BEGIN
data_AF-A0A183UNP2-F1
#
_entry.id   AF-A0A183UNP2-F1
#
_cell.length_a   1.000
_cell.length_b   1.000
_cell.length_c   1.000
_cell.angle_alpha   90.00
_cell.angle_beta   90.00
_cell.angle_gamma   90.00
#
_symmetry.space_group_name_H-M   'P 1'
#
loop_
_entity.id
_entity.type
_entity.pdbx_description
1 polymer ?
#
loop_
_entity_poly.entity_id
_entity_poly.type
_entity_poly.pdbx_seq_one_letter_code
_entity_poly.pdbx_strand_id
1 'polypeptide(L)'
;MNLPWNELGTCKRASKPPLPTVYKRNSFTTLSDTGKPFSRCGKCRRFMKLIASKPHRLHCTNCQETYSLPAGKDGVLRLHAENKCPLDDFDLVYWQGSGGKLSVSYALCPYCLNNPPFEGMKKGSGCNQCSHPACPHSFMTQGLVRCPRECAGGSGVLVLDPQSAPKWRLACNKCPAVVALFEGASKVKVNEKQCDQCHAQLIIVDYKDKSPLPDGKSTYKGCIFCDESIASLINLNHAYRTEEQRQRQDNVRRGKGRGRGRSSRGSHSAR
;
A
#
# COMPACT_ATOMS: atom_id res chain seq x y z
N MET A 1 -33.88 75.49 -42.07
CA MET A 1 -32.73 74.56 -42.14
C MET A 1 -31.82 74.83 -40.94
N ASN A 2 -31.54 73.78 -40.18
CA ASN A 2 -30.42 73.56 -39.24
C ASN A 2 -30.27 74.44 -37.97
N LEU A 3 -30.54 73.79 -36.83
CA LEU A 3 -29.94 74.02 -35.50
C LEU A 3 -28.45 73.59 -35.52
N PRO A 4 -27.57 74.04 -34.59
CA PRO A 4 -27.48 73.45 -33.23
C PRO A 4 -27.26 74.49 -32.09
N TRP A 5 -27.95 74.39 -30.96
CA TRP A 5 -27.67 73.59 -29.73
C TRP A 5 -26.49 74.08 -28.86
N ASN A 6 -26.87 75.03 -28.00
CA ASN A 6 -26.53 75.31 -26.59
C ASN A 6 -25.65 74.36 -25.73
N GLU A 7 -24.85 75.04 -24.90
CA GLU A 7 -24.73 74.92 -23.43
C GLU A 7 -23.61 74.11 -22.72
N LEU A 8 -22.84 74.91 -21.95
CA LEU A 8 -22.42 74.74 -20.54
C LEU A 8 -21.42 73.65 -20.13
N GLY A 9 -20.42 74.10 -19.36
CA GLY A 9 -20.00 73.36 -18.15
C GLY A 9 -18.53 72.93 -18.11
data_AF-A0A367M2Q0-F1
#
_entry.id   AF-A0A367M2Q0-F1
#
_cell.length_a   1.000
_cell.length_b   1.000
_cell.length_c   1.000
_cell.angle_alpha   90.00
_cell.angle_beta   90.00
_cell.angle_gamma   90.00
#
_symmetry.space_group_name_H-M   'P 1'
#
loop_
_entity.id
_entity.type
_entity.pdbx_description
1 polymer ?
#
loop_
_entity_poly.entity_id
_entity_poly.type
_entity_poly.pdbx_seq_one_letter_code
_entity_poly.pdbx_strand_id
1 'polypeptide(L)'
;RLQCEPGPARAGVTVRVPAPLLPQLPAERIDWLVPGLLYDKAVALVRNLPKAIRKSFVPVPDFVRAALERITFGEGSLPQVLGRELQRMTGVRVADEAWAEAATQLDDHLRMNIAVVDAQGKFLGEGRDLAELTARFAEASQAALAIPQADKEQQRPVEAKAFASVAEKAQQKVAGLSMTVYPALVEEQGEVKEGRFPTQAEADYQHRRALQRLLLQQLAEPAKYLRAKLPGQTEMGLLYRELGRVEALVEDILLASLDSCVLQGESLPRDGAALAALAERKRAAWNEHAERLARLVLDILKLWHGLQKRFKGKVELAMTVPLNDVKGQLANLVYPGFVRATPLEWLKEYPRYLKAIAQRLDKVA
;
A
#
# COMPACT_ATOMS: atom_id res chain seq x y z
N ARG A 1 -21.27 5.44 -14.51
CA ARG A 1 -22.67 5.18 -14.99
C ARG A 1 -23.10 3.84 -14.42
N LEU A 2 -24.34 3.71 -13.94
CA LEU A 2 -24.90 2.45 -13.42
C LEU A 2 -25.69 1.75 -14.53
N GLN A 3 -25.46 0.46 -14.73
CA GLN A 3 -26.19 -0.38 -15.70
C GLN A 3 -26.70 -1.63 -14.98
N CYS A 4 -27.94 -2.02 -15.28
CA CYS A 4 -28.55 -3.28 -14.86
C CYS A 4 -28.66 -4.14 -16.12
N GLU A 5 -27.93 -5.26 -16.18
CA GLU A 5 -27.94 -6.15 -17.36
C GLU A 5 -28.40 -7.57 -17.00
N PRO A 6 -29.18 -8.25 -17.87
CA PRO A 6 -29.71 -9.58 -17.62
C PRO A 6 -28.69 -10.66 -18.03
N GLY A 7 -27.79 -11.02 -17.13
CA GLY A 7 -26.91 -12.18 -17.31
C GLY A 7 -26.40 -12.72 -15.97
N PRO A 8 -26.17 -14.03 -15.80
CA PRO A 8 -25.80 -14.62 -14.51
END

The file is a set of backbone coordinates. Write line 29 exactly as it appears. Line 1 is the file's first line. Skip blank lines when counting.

#